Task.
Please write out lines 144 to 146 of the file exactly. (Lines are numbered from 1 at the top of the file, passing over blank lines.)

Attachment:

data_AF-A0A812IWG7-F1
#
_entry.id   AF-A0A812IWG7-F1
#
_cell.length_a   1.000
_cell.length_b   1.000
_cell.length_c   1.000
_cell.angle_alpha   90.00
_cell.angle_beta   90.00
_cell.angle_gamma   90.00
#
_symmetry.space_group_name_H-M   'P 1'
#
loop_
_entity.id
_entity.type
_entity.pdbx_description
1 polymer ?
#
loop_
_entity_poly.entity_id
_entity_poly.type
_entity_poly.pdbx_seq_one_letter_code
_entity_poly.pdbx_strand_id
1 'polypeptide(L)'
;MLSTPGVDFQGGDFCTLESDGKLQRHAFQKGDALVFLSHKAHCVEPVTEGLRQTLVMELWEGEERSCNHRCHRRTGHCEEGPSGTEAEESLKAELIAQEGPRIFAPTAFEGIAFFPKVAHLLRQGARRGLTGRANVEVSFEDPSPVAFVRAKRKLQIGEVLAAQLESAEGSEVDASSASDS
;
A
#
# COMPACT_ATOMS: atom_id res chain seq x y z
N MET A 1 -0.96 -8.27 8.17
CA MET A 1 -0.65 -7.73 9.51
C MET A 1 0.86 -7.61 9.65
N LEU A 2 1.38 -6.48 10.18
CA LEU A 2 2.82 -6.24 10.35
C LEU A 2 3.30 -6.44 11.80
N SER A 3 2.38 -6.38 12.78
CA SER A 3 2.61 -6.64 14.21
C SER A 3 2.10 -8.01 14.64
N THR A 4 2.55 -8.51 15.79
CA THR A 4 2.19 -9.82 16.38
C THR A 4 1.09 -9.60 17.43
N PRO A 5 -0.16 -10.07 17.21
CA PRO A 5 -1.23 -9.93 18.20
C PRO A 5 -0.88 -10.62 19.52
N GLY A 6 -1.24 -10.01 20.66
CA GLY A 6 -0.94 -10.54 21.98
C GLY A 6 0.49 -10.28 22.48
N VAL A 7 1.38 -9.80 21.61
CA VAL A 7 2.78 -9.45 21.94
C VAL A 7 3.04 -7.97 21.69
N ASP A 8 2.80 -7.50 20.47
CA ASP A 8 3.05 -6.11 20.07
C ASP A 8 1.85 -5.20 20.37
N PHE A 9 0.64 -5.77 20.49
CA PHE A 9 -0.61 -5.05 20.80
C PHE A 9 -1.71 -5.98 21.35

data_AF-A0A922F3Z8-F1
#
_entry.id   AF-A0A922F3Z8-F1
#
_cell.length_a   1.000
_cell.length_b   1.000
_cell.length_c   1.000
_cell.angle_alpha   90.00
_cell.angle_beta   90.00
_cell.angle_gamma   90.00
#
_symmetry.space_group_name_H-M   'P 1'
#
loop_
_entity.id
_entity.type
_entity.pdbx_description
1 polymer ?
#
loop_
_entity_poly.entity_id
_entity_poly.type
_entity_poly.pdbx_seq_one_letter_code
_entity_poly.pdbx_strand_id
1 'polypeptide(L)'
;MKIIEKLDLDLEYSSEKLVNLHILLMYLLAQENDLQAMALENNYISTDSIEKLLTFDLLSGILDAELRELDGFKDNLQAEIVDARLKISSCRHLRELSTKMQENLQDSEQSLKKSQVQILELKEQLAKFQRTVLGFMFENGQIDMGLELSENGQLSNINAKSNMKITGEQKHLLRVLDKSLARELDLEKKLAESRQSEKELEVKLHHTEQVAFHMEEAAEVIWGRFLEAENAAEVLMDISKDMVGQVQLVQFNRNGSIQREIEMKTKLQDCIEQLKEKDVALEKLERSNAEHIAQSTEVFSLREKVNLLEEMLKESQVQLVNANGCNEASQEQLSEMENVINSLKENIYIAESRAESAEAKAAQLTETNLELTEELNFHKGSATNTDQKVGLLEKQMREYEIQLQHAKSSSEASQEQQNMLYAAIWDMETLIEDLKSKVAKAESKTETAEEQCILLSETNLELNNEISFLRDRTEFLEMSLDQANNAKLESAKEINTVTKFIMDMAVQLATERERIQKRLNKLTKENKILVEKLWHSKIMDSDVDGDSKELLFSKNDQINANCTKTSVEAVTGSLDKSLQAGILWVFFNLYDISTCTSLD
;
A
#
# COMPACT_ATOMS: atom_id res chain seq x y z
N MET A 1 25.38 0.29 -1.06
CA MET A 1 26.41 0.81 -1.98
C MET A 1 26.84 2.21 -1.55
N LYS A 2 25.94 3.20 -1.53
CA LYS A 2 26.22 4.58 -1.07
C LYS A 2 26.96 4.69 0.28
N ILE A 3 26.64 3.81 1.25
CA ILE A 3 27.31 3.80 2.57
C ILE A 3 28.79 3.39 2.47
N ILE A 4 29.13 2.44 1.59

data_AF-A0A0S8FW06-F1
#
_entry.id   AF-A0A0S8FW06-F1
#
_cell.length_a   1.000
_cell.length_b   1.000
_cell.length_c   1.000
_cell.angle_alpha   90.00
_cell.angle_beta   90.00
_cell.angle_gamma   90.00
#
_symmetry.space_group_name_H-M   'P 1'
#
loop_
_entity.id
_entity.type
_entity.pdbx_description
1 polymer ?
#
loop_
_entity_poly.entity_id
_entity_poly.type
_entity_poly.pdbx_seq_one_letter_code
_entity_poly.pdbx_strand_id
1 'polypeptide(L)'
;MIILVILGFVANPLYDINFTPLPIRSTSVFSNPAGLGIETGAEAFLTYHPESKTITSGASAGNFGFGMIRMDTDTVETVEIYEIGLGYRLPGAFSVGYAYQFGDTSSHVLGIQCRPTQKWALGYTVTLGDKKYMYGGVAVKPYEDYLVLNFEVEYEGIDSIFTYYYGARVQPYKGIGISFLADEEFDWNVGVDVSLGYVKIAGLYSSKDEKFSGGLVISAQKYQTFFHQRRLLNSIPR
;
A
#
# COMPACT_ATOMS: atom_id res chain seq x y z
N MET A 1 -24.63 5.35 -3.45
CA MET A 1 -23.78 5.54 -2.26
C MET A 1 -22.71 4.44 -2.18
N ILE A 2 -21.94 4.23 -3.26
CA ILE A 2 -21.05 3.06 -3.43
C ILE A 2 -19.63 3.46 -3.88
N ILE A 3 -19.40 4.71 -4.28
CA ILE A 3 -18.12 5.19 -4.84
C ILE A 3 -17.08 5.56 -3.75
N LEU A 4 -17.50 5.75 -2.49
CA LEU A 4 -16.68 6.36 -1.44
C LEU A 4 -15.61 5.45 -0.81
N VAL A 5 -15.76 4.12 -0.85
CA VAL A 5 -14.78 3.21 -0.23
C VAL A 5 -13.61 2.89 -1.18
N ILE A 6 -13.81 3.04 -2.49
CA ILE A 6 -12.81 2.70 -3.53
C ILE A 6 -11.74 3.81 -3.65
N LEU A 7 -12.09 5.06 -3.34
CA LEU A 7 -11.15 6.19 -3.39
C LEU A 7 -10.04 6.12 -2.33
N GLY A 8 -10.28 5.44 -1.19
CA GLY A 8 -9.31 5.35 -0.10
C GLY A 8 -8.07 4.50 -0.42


CA ILE A 6 -12.81 2.70 -3.53
C ILE A 6 -11.74 3.81 -3.65
N LEU A 7 -12.09 5.06 -3.34